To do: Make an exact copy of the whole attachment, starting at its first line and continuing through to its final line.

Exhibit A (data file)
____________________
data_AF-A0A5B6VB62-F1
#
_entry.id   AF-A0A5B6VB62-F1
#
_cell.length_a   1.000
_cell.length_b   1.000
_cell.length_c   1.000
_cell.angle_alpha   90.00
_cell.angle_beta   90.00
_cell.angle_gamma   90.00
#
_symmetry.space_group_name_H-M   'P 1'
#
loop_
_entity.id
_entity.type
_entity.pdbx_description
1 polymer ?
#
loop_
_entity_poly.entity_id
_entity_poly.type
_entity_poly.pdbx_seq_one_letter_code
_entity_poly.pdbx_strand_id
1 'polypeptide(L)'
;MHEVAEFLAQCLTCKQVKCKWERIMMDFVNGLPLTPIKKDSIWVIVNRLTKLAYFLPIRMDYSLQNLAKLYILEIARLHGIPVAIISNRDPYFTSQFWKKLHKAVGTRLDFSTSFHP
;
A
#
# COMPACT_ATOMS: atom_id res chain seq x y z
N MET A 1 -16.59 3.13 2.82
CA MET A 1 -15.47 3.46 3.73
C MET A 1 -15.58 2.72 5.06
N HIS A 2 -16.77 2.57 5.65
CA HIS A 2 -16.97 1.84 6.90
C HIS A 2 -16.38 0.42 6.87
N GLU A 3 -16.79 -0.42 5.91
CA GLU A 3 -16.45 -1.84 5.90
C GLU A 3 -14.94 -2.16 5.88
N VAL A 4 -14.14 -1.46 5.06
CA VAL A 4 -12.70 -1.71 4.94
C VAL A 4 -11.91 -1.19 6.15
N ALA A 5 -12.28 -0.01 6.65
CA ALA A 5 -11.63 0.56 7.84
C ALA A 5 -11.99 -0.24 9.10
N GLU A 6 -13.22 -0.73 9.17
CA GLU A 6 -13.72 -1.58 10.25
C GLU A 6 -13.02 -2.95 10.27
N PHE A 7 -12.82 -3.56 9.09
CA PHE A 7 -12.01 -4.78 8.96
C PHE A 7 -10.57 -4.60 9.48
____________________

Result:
data_AF-A0A5B6VB62-F1
#
_entry.id   AF-A0A5B6VB62-F1
#
_cell.length_a   1.000
_cell.length_b   1.000
_cell.length_c   1.000
_cell.angle_alpha   90.00
_cell.angle_beta   90.00
_cell.angle_gamma   90.00
#
_symmetry.space_group_name_H-M   'P 1'
#
loop_
_entity.id
_entity.type
_entity.pdbx_description
1 polymer ?
#
loop_
_entity_poly.entity_id
_entity_poly.type
_entity_poly.pdbx_seq_one_letter_code
_entity_poly.pdbx_strand_id
1 'polypeptide(L)'
;MHEVAEFLAQCLTCKQVKCKWERIMMDFVNGLPLTPIKKDSIWVIVNRLTKLAYFLPIRMDYSLQNLAKLYILEIARLHGIPVAIISNRDPYFTSQFWKKLHKAVGTRLDFSTSFHP
;
A
#
# COMPACT_ATOMS: atom_id res chain seq x y z
N MET A 1 -16.59 3.13 2.82
CA MET A 1 -15.47 3.46 3.73
C MET A 1 -15.58 2.72 5.06
N HIS A 2 -16.77 2.57 5.65
CA HIS A 2 -16.97 1.84 6.90
C HIS A 2 -16.38 0.42 6.87
N GLU A 3 -16.79 -0.42 5.91
CA GLU A 3 -16.45 -1.84 5.90
C GLU A 3 -14.94 -2.16 5.88
N VAL A 4 -14.14 -1.46 5.06
CA VAL A 4 -12.70 -1.71 4.94
C VAL A 4 -11.91 -1.19 6.15
N ALA A 5 -12.28 -0.01 6.65
CA ALA A 5 -11.63 0.56 7.84
C ALA A 5 -11.99 -0.24 9.10
N GLU A 6 -13.22 -0.73 9.17
CA GLU A 6 -13.72 -1.58 10.25
C GLU A 6 -13.02 -2.95 10.27
N PHE A 7 -12.82 -3.56 9.09
CA PHE A 7 -12.01 -4.78 8.96
C PHE A 7 -10.57 -4.60 9.48